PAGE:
Joshua Tree National Park, California
“October is a great time to visit the California desert. The temps start to cool off in October, so it’s the perfect time to pack up your hiking boots and spend a day or two in this absolutely stunning national park. I recommend camping in the Hidden Valley Campground. Must-see areas of Joshua Tree are Arch Rock and Cap Rock. Plus, don’t miss the sunset from Hall of Horrors. If you’re going for a day hike, pack warm clothes and plan to stay past sunset for some amazing stargazing.” -- Noemi de la Torre, Photo Operations Lead
“Last October, I went to the Cotswolds in England. Although I love English gardens in the spring and summer, you can’t beat the autumn leaves underfoot and cool weather as you explore the charming villages and countryside. The best way to see the area is by walking. My cousin and I traversed 20 miles of a walking path called the Cotswold Way with just backpacks and walking sticks. After a hearty full English breakfast at a B&B, we walked through fields and forests all day, making friends with sheep, and arriving at the next B&B in time for dinner.” -- Laura Hinely, Senior Photo Editor
Hudson Valley and Upstate New York
“The Hudson Valley and upstate New York is magic in October, especially for nature-deprived urbanites, like me. My young nieces and I live in Brooklyn, and every October, we head north for a day of full-on fall activities: hay bale rides, corn mazes, the whole thing. Of course, we return home with bags full of hand-picked honeycrisps and bellies full of cider donuts. This year, I hope to take them to the Great Jack O’Lantern Blaze in Croton-on-Hudson. It’s an insane display of thousands of glowing pumpkins arranged as towering sunflowers, massive spider webs, even a spinning carousel.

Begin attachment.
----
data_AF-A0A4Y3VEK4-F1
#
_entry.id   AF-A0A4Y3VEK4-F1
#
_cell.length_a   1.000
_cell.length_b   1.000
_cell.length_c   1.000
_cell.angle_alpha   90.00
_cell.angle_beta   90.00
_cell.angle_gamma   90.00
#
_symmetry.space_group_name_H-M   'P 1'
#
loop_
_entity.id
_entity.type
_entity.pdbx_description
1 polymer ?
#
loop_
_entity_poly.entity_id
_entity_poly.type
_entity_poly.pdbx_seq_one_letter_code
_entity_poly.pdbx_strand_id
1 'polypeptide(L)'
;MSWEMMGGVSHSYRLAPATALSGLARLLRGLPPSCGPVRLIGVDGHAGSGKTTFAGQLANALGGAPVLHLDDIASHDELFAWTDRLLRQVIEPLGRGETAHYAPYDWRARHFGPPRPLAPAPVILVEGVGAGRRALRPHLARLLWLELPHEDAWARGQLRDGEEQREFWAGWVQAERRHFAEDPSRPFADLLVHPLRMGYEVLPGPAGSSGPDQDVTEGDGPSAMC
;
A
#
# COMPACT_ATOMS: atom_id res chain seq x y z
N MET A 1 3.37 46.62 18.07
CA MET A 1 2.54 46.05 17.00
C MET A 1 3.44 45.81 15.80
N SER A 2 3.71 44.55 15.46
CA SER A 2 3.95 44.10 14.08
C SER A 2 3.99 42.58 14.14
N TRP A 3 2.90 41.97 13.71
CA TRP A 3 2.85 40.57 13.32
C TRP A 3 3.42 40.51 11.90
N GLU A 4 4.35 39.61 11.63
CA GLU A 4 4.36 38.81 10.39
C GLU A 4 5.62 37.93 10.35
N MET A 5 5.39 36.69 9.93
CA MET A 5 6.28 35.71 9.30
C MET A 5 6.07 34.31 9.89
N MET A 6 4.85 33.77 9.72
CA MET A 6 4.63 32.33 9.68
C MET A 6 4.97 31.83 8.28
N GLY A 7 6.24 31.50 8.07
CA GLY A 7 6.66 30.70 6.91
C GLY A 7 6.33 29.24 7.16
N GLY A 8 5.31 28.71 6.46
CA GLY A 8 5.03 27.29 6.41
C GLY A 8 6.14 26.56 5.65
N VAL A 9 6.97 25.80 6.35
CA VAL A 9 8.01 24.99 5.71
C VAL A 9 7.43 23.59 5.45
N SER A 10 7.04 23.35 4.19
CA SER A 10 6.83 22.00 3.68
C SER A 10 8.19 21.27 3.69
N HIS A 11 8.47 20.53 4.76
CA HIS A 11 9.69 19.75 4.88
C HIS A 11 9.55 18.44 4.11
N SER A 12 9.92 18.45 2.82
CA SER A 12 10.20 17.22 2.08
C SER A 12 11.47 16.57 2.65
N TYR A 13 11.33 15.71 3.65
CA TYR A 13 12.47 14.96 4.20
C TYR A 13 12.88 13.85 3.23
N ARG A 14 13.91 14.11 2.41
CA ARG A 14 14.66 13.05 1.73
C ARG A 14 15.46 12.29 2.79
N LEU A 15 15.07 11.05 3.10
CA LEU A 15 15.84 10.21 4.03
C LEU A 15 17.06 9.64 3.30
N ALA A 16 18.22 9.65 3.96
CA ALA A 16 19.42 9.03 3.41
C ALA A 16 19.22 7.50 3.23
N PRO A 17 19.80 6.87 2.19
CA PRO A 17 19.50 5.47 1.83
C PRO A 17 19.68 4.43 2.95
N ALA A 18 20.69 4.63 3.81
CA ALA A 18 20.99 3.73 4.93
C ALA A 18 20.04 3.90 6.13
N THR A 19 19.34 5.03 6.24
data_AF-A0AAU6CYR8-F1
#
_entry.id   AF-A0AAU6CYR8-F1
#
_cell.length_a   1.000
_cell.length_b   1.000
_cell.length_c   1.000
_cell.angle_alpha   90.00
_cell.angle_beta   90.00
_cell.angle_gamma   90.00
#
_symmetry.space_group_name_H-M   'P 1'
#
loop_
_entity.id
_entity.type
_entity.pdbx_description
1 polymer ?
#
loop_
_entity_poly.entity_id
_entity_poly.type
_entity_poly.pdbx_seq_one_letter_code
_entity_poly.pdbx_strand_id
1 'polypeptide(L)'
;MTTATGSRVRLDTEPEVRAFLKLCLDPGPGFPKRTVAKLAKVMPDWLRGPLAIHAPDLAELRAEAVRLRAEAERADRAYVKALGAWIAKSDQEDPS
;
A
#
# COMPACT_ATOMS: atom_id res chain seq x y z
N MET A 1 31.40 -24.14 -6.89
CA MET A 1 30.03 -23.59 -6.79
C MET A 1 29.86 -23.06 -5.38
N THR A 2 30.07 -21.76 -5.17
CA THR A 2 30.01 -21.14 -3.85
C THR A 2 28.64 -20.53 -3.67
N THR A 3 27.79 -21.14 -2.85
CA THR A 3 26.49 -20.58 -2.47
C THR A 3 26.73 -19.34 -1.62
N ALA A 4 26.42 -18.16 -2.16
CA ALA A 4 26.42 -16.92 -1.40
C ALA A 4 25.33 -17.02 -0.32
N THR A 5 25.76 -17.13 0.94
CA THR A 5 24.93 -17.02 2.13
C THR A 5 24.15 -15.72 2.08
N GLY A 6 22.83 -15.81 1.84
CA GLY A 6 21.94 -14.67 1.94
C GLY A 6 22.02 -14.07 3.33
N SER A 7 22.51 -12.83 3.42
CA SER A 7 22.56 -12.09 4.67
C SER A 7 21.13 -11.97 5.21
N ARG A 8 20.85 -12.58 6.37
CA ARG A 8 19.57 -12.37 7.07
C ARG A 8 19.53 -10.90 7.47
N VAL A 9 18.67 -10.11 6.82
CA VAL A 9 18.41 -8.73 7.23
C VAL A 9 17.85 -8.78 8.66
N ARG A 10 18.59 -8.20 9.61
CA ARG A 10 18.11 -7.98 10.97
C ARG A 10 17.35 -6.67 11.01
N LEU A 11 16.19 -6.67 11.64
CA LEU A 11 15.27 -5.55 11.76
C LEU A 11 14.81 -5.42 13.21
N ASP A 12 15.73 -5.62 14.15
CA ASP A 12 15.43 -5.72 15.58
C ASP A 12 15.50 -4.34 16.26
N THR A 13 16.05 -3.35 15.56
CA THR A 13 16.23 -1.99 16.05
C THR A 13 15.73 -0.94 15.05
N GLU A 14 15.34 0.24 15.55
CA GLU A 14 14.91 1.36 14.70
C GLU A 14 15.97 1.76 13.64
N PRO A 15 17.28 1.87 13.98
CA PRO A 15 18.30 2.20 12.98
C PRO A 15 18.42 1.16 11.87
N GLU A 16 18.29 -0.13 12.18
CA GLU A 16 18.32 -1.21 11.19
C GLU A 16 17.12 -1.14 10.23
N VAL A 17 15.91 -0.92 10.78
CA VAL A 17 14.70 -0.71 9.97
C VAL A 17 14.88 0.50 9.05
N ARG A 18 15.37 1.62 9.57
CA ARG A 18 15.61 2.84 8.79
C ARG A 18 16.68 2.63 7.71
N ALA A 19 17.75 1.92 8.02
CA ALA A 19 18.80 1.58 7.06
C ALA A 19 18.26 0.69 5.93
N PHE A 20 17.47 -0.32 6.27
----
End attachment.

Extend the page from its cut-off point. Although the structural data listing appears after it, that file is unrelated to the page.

Without kids in tow, I can go further afield and stay longer. The Catskills are unbelievably beautiful this time of year, when the landscape is ablaze with red, orange, and yellow. Plenty of hiking trails loop past pristine lakes and offer beautiful views of the fall foliage from their summit. (One of my favorite hikes is Sam’s Point Preserve, especially when I can reward it with a Bavarian pretzel and draft beer from Mountain Brauhaus.) The Adirondack Scenic Railroad is another wonderful way to see the changing colors. It rolls through Adirondack Park, a “Forever Wild” area protected by the New York constitution. But it’s not all wilderness up here. Breweries and farm-to-table eating are as big here as they are in Brooklyn. I especially love Empire Farm Brewery in Cazenovia and Brewery Ommegang in Cooperstown and, for food, The Tailor and the Cook in Utica. (I could go on.) Saratoga Springs is delightful in October, when you can brave a creepy ghost tour through downtown or, if you can handle it, spend the night at the allegedly haunted Batcheller Mansion Inn.” -- Anne Olivia Bauso, Editor
Santa Fe, New Mexico
“There’s no wrong time to visit Santa Fe, New Mexico’s vibrant capital with a thriving art scene, downright delicious cuisine, and earthy adobe buildings set against the beautiful backdrop of mountains and vast blue skies. Winter brings plenty of skiing opportunities in the Sangre de Cristo Mountains, while summer hosts endless art and jewelry markets as well as memorable opera performances. Arguably the best time to visit this southwestern city, however, is fall, when the temps are comfortable and the streets are still buzzing. October welcomes the chile harvest season plus cool, cutting-edge events like the Santa Fe Independent Film Festival, dedicated to New Mexican and American films. The boutiques and galleries lining Canyon Road, museums on Museum Hill, and downtown Plaza roll out the welcome mat to tourists, though spaces aren’t as crowded as in the peak summer season. Another reason to add Santa Fe to your must-visit list this fall: Every October, the Albuquerque International Balloon Fiesta -- the world’s largest hot-air balloon festival -- takes place just a short drive south of the city.” -- Alisha Prakash, Senior Editor